BC also offers annual online diversity training for students, faculty, and staff that focuses on issues of race, ethnicity, gender, and harassment. Dunn added that BC has support services for its Black, Hispanic, Asian, and Native American students, ensuring that they remain in college and graduate at high rates.

The university also has a 96 percent graduation rate for low-income students, among the highest in the country, Dunn said.

It is “a significant accomplishment that reflects our commitment to serving students who have been traditionally underrepresented in higher education,” Dunn said.

Policy changes help, but they only go so far, Ely said. Something like an incident reporting system is only useful if students feel it is worth their time to report. If they believe their claims won’t be taken seriously they likely won’t report incidents, she said.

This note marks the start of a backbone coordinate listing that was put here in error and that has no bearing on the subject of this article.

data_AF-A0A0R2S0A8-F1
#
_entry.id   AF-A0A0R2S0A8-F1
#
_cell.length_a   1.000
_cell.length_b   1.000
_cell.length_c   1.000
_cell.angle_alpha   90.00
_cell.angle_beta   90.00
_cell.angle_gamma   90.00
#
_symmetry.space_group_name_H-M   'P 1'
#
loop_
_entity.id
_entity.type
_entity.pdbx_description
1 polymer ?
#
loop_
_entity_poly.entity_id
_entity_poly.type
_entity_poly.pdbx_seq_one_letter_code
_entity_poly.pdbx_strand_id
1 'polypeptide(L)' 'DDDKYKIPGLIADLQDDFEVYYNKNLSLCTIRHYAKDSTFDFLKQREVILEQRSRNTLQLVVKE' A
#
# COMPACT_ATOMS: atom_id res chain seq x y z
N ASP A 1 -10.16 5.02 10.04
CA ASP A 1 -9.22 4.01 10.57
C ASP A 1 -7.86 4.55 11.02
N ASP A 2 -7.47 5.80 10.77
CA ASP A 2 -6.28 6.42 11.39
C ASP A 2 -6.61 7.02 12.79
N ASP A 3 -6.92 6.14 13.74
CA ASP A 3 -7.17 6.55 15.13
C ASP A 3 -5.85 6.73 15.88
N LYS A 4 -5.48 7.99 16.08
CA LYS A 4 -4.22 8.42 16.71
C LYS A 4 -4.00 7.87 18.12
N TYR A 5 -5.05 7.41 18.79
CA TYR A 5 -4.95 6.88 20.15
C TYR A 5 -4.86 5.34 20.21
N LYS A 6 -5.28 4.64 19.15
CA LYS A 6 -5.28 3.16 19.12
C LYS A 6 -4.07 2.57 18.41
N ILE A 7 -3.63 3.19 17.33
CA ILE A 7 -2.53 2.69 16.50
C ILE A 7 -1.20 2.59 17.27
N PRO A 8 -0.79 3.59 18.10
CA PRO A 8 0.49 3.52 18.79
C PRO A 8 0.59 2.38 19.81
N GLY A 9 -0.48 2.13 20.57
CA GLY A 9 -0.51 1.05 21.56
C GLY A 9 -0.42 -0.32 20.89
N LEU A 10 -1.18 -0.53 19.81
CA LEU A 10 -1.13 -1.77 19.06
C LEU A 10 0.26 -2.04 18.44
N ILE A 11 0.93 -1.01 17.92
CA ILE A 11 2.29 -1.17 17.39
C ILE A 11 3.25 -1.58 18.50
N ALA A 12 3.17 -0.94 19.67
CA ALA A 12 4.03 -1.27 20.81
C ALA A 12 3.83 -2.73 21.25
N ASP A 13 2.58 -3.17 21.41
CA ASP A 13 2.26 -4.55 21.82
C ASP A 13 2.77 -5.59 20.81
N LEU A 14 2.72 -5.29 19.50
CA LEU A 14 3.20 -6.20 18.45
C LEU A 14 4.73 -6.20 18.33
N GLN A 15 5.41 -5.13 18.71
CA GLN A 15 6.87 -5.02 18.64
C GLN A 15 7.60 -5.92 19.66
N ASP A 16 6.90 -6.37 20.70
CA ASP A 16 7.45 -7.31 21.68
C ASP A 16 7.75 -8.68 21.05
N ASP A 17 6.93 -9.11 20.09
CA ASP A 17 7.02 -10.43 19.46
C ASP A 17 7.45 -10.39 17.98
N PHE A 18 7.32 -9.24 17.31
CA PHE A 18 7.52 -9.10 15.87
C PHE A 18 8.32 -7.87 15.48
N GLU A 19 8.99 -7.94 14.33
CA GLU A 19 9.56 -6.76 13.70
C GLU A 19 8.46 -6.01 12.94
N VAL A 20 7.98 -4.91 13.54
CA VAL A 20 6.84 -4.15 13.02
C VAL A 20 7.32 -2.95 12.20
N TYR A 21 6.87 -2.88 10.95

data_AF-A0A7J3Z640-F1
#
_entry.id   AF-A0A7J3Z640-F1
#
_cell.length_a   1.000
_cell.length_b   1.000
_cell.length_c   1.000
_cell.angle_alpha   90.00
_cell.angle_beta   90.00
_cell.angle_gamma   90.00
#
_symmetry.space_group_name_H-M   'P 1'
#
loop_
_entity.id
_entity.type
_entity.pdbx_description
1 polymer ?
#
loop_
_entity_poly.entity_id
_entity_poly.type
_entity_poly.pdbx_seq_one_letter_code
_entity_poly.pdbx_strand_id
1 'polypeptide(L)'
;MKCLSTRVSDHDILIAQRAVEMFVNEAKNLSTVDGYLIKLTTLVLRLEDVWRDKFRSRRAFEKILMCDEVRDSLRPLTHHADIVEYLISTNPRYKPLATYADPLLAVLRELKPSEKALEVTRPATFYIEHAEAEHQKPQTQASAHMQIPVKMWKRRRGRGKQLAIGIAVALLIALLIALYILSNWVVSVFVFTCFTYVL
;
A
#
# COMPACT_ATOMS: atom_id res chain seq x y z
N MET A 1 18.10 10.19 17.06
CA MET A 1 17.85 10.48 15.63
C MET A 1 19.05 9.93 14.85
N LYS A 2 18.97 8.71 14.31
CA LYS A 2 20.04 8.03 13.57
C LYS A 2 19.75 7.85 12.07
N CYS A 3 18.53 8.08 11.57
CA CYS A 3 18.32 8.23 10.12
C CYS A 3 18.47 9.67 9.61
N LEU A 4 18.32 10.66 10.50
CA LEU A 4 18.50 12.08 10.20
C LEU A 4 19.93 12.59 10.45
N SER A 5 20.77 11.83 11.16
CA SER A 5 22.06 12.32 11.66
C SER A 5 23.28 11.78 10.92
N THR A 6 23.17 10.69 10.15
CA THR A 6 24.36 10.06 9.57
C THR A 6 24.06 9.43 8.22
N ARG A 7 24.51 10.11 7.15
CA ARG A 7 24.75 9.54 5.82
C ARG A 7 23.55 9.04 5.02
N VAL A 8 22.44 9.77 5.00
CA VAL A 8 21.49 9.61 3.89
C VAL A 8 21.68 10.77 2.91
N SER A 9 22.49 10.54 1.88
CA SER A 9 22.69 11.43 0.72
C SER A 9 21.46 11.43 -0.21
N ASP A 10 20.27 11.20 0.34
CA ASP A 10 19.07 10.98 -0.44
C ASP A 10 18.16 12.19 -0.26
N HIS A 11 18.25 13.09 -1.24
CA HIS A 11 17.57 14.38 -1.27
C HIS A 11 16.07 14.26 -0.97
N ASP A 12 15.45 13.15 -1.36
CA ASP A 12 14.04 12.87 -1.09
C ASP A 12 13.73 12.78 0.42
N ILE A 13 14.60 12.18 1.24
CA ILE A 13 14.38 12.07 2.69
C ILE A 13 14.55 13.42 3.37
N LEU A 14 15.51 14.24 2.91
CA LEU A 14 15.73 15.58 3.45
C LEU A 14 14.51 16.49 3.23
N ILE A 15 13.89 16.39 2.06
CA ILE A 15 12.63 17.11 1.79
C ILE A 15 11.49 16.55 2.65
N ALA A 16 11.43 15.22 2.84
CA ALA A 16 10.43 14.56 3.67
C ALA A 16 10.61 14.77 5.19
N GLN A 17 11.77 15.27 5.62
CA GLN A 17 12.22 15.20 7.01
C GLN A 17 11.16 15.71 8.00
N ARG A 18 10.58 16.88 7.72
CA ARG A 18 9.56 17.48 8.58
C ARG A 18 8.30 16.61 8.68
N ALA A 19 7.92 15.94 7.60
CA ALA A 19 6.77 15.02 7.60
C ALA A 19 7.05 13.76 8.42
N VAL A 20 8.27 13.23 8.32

Ely, who spoke broadly because she is not familiar with the specifics at BC, said people with formal authority have to model the behaviors and values they want to see in the rest of the organization.

“I don’t think that leaders of organizations really quite get that, and understand how important that is, being really visible about taking a public stand,” she said.

Deirdre Fernandes can be reached at deirdre.fernandes@globe.com. Follow her on Twitter @fernandesglobe.